The supporters then made sure the players were aware they had moved within two points of the Bundesliga summit. As the scoreboard flashed an update that Frankfurt had equalised against Bayern, a thunderous roar went up from the 50,000 gathered in the stadium.
It was up to goalkeeper Timo Horn to calm the hype in the tunnel after Köln’s eventual 2-1 victory over Ingolstadt. “We are trying to stay up there as long as possible,” he smiled. “We don’t need to talk about the title or the Champions League before Matchday 30 [in April].”
The new level of expectation can be credited to the club’s step-by-step progress on and off the pitch. A boardroom overhaul in 2012 was pivotal. It included club legend Toni Schumacher being appointed as vice president, while Alexander Wehrle arrived as managing director a year later. Testament to their work came last month, with the club announcing a turnover of over €100 million for the first time in its history.
Despite that boon, sporting director Jörg Schmadtke hasn’t carried out spending in a lavish fashion. Renowned as one of the Bundesliga’s finest operators, he arrived in the summer of 2013 along with coach Peter Stöger, who had just won the Austrian title with Austria Vienna. Stöger and Schmadtke hit it off immediately, with Köln promoted in their first season at the club.
Since then, the two-time Bundesliga winners have re-established themselves in Germany’s top flight, finishing 12th in 2014/15 and ninth last season. Schmadtke put their progress in starker terms to kicker magazine in September. “We were a patient in an intensive care unit,” he said. “We had to endure an emergency operation on us. Today we are recuperating, having completed a course of rehab.”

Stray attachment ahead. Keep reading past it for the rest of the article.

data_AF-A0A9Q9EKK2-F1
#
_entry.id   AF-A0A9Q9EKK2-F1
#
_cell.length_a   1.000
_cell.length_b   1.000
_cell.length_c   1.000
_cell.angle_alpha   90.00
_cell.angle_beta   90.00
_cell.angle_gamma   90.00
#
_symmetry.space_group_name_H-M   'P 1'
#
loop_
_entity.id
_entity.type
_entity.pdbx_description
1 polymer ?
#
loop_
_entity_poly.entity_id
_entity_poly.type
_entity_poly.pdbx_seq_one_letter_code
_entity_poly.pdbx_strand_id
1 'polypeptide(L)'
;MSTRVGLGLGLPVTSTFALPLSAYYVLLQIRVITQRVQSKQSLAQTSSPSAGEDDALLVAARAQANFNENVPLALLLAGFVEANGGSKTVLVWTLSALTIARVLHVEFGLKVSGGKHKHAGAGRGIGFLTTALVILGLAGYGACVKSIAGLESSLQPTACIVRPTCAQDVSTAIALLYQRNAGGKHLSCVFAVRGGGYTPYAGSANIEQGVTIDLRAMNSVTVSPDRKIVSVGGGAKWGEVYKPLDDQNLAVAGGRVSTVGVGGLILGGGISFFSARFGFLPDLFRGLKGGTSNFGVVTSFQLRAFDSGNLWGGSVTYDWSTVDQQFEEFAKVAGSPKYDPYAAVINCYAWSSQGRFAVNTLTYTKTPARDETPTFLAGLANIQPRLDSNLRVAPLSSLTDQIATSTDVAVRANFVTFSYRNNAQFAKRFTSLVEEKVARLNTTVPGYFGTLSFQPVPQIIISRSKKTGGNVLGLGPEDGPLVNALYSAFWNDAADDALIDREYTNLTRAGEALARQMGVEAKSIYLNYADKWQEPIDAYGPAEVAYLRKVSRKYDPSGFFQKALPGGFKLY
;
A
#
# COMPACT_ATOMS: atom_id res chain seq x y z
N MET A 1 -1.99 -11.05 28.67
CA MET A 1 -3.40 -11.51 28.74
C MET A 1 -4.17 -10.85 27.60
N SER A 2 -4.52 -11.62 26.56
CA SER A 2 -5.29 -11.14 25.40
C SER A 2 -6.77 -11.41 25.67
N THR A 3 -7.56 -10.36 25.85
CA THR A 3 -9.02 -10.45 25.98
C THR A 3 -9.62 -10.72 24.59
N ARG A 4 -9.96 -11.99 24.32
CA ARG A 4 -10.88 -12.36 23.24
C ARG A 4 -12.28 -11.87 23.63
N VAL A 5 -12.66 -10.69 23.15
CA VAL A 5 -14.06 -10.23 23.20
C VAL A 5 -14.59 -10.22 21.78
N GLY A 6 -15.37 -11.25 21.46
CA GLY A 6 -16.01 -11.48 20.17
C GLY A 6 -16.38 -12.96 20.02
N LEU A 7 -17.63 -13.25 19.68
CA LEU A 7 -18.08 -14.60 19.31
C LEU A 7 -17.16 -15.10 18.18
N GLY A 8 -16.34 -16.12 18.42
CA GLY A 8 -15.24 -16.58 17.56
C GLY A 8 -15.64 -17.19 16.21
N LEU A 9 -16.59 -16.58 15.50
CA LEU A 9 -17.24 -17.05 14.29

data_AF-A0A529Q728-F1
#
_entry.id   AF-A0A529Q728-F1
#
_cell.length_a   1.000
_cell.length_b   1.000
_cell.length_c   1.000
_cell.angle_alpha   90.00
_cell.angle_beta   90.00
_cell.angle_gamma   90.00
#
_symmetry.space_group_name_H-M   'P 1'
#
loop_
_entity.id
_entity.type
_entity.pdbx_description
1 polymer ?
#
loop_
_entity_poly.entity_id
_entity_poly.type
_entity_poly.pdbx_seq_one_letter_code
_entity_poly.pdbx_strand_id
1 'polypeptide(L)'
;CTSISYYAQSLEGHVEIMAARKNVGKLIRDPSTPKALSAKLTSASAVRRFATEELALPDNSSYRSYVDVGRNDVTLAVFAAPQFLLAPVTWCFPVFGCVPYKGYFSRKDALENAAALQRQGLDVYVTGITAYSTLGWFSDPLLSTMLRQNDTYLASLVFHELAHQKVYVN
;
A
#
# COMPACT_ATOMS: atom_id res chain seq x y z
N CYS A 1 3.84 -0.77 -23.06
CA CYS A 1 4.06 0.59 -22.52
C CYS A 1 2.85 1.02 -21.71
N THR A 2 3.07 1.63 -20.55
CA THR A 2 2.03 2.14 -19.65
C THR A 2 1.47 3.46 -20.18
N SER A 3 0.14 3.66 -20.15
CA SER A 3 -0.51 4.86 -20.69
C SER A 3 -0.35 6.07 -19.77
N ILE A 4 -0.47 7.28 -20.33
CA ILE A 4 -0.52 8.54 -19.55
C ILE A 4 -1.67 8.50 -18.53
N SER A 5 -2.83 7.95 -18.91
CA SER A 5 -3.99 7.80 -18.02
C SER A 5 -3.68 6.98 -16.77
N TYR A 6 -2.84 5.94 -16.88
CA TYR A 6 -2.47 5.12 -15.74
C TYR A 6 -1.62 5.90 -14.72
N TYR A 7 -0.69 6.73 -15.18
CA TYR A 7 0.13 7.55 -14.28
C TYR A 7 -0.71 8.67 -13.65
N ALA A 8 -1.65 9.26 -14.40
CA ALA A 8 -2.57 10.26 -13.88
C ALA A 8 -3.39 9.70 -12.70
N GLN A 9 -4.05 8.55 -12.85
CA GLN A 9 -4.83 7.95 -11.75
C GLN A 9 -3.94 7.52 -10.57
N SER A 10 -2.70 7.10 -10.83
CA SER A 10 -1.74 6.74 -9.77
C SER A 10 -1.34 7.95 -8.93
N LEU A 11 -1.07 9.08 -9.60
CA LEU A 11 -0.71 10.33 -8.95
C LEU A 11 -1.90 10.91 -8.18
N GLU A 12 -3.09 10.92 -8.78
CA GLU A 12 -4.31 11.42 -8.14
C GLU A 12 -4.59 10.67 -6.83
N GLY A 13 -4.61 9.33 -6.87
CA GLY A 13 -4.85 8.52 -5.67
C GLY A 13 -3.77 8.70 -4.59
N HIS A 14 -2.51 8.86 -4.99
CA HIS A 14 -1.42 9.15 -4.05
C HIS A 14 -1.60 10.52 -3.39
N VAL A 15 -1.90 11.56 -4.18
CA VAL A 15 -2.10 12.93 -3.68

That recovery has been accelerated by leader of the band Modeste – an example of Schmadtke’s shrewd signings. At €4.5 million the Frenchman, who previously flopped at Blackburn Rovers, became the club’s second most expensive recruit of all-time. It was a risk with Modeste having tailed off towards the end of his time at Hoffenheim.
But it doesn’t look like a gamble now. Twenty-two goals in 41 Bundesliga games for Köln underlines the remarkable value they found in Modeste. With the striker leading the division’s scoring chart with seven goals this season, it was a good thing Köln rejected an offer from the Chinese Super League this summer before tying him down to a new deal until 2020.
Still, Modeste is just one part, albeit an important one, of a side carefully developed by Stöger. While Köln were ultra-defensive at times in their first Bundesliga season under the coach, they have steadily evolved while retaining one of the best defences in the league. That achievement has also come while losing key players in Yannick Gerhardt (to Wolfsburg) in the summer and Kevin Wimmer (to Tottenham) in 2015.
The squad’s harmony has remained. So long as it does, talk will only grow about Köln returning to European football for the first time in 24 years.
Lukas Podolski is dreaming even bigger. “1. FC Leicester City” read one of his tweets in September, but the club won’t get carried away. The mantra of a popular video from sporting director Schmadtke remains: “Easy. Stay calm” were his words over and over again. In Cologne that’s easier said than done.